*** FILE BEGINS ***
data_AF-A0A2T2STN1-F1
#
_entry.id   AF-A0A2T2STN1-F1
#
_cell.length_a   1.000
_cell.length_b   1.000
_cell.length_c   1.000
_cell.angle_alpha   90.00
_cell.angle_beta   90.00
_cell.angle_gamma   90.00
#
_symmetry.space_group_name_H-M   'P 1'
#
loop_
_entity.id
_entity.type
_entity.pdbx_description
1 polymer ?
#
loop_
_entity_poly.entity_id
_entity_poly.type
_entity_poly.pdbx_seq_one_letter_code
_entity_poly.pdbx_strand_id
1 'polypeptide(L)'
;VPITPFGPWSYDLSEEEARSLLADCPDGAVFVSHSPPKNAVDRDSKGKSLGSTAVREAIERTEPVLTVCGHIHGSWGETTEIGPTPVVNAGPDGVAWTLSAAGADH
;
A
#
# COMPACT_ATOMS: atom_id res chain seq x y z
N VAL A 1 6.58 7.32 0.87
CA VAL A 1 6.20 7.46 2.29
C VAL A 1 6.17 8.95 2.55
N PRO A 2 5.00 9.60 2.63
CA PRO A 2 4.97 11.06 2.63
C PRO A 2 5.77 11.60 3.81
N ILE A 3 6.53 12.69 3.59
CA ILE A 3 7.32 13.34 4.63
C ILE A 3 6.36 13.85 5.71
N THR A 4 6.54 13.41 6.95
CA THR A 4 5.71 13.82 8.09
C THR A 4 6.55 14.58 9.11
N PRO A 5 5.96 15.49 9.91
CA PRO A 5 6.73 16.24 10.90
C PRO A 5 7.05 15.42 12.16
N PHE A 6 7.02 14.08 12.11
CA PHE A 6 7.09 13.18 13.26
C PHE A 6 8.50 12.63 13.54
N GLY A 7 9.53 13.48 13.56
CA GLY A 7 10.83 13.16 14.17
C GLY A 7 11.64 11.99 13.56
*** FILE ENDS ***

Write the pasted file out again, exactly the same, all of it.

data_AF-A0A2T2STN1-F1
#
_entry.id   AF-A0A2T2STN1-F1
#
_cell.length_a   1.000
_cell.length_b   1.000
_cell.length_c   1.000
_cell.angle_alpha   90.00
_cell.angle_beta   90.00
_cell.angle_gamma   90.00
#
_symmetry.space_group_name_H-M   'P 1'
#
loop_
_entity.id
_entity.type
_entity.pdbx_description
1 polymer ?
#
loop_
_entity_poly.entity_id
_entity_poly.type
_entity_poly.pdbx_seq_one_letter_code
_entity_poly.pdbx_strand_id
1 'polypeptide(L)'
;VPITPFGPWSYDLSEEEARSLLADCPDGAVFVSHSPPKNAVDRDSKGKSLGSTAVREAIERTEPVLTVCGHIHGSWGETTEIGPTPVVNAGPDGVAWTLSAAGADH
;
A
#
# COMPACT_ATOMS: atom_id res chain seq x y z
N VAL A 1 6.58 7.32 0.87
CA VAL A 1 6.20 7.46 2.29
C VAL A 1 6.17 8.95 2.55
N PRO A 2 5.00 9.60 2.63
CA PRO A 2 4.97 11.06 2.63
C PRO A 2 5.77 11.60 3.81
N ILE A 3 6.53 12.69 3.59
CA ILE A 3 7.32 13.34 4.63
C ILE A 3 6.36 13.85 5.71
N THR A 4 6.54 13.41 6.95
CA THR A 4 5.71 13.82 8.09
C THR A 4 6.55 14.58 9.11
N PRO A 5 5.96 15.49 9.91
CA PRO A 5 6.73 16.24 10.90
C PRO A 5 7.05 15.42 12.16
N PHE A 6 7.02 14.08 12.11
CA PHE A 6 7.09 13.18 13.26
C PHE A 6 8.50 12.63 13.54
N GLY A 7 9.53 13.48 13.56
CA GLY A 7 10.83 13.16 14.17
C GLY A 7 11.64 11.99 13.56